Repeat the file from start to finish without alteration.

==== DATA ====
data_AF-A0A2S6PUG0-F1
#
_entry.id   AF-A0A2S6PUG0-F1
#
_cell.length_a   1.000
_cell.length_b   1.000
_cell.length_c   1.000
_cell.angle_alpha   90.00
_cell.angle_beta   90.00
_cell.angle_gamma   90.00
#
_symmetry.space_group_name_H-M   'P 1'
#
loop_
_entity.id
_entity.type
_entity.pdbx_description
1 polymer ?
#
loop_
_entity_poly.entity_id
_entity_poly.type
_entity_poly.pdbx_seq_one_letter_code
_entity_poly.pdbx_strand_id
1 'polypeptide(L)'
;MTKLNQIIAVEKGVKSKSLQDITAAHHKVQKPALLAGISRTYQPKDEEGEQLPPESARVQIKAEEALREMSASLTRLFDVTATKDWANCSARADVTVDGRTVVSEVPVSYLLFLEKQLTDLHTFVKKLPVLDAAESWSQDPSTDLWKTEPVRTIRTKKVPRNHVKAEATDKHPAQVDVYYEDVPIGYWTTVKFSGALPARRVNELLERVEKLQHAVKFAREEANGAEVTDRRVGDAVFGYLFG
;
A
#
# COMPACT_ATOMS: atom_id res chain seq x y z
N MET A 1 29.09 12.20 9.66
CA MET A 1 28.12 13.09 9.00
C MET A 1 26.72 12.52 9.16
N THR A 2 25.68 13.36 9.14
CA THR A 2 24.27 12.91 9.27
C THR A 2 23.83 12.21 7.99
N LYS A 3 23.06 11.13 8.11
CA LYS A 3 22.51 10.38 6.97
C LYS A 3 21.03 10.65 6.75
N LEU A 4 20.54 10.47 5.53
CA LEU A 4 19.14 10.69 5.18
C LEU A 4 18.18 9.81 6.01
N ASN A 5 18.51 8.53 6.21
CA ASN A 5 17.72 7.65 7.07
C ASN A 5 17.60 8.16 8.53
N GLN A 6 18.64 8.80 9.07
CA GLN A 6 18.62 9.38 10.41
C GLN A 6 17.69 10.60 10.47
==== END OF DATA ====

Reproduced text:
data_AF-A0A2S6PUG0-F1
#
_entry.id   AF-A0A2S6PUG0-F1
#
_cell.length_a   1.000
_cell.length_b   1.000
_cell.length_c   1.000
_cell.angle_alpha   90.00
_cell.angle_beta   90.00
_cell.angle_gamma   90.00
#
_symmetry.space_group_name_H-M   'P 1'
#
loop_
_entity.id
_entity.type
_entity.pdbx_description
1 polymer ?
#
loop_
_entity_poly.entity_id
_entity_poly.type
_entity_poly.pdbx_seq_one_letter_code
_entity_poly.pdbx_strand_id
1 'polypeptide(L)'
;MTKLNQIIAVEKGVKSKSLQDITAAHHKVQKPALLAGISRTYQPKDEEGEQLPPESARVQIKAEEALREMSASLTRLFDVTATKDWANCSARADVTVDGRTVVSEVPVSYLLFLEKQLTDLHTFVKKLPVLDAAESWSQDPSTDLWKTEPVRTIRTKKVPRNHVKAEATDKHPAQVDVYYEDVPIGYWTTVKFSGALPARRVNELLERVEKLQHAVKFAREEANGAEVTDRRVGDAVFGYLFG
;
A
#
# COMPACT_ATOMS: atom_id res chain seq x y z
N MET A 1 29.09 12.20 9.66
CA MET A 1 28.12 13.09 9.00
C MET A 1 26.72 12.52 9.16
N THR A 2 25.68 13.36 9.14
CA THR A 2 24.27 12.91 9.27
C THR A 2 23.83 12.21 7.99
N LYS A 3 23.06 11.13 8.11
CA LYS A 3 22.51 10.38 6.97
C LYS A 3 21.03 10.65 6.75
N LEU A 4 20.54 10.47 5.53
CA LEU A 4 19.14 10.69 5.18
C LEU A 4 18.18 9.81 6.01
N ASN A 5 18.51 8.53 6.21
CA ASN A 5 17.72 7.65 7.07
C ASN A 5 17.60 8.16 8.53
N GLN A 6 18.64 8.80 9.07
CA GLN A 6 18.62 9.38 10.41
C GLN A 6 17.69 10.60 10.47